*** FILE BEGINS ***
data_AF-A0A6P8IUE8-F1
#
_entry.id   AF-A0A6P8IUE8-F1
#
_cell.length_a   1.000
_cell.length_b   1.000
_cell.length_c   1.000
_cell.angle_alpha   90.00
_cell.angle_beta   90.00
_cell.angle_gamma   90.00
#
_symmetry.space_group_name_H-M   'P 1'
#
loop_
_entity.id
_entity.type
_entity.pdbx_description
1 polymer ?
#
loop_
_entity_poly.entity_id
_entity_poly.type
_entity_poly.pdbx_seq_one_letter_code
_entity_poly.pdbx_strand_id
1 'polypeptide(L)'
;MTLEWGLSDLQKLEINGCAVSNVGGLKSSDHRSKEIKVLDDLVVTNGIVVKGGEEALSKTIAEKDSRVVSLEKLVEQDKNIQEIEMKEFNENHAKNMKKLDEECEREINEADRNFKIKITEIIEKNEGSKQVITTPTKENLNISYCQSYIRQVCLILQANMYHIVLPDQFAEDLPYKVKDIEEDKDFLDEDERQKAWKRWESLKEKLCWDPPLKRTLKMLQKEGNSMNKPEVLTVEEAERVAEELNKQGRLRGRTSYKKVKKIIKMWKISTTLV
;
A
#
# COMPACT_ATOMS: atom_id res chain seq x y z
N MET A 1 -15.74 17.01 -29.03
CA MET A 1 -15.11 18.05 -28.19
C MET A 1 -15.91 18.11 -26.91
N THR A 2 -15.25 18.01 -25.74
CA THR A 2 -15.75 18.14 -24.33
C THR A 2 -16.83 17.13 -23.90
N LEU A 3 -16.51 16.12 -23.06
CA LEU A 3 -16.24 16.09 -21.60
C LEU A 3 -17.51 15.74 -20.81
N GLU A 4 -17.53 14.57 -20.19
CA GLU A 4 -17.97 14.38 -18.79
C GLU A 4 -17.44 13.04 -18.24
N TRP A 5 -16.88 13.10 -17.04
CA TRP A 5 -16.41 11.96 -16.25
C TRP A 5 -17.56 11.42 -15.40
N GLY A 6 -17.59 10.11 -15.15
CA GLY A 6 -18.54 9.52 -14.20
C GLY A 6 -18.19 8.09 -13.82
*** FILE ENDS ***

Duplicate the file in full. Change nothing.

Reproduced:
data_AF-A0A6P8IUE8-F1
#
_entry.id   AF-A0A6P8IUE8-F1
#
_cell.length_a   1.000
_cell.length_b   1.000
_cell.length_c   1.000
_cell.angle_alpha   90.00
_cell.angle_beta   90.00
_cell.angle_gamma   90.00
#
_symmetry.space_group_name_H-M   'P 1'
#
loop_
_entity.id
_entity.type
_entity.pdbx_description
1 polymer ?
#
loop_
_entity_poly.entity_id
_entity_poly.type
_entity_poly.pdbx_seq_one_letter_code
_entity_poly.pdbx_strand_id
1 'polypeptide(L)'
;MTLEWGLSDLQKLEINGCAVSNVGGLKSSDHRSKEIKVLDDLVVTNGIVVKGGEEALSKTIAEKDSRVVSLEKLVEQDKNIQEIEMKEFNENHAKNMKKLDEECEREINEADRNFKIKITEIIEKNEGSKQVITTPTKENLNISYCQSYIRQVCLILQANMYHIVLPDQFAEDLPYKVKDIEEDKDFLDEDERQKAWKRWESLKEKLCWDPPLKRTLKMLQKEGNSMNKPEVLTVEEAERVAEELNKQGRLRGRTSYKKVKKIIKMWKISTTLV
;
A
#
# COMPACT_ATOMS: atom_id res chain seq x y z
N MET A 1 -15.74 17.01 -29.03
CA MET A 1 -15.11 18.05 -28.19
C MET A 1 -15.91 18.11 -26.91
N THR A 2 -15.25 18.01 -25.74
CA THR A 2 -15.75 18.14 -24.33
C THR A 2 -16.83 17.13 -23.90
N LEU A 3 -16.51 16.12 -23.06
CA LEU A 3 -16.24 16.09 -21.60
C LEU A 3 -17.51 15.74 -20.81
N GLU A 4 -17.53 14.57 -20.19
CA GLU A 4 -17.97 14.38 -18.79
C GLU A 4 -17.44 13.04 -18.24
N TRP A 5 -16.88 13.10 -17.04
CA TRP A 5 -16.41 11.96 -16.25
C TRP A 5 -17.56 11.42 -15.40
N GLY A 6 -17.59 10.11 -15.15
CA GLY A 6 -18.54 9.52 -14.20
C GLY A 6 -18.19 8.09 -13.82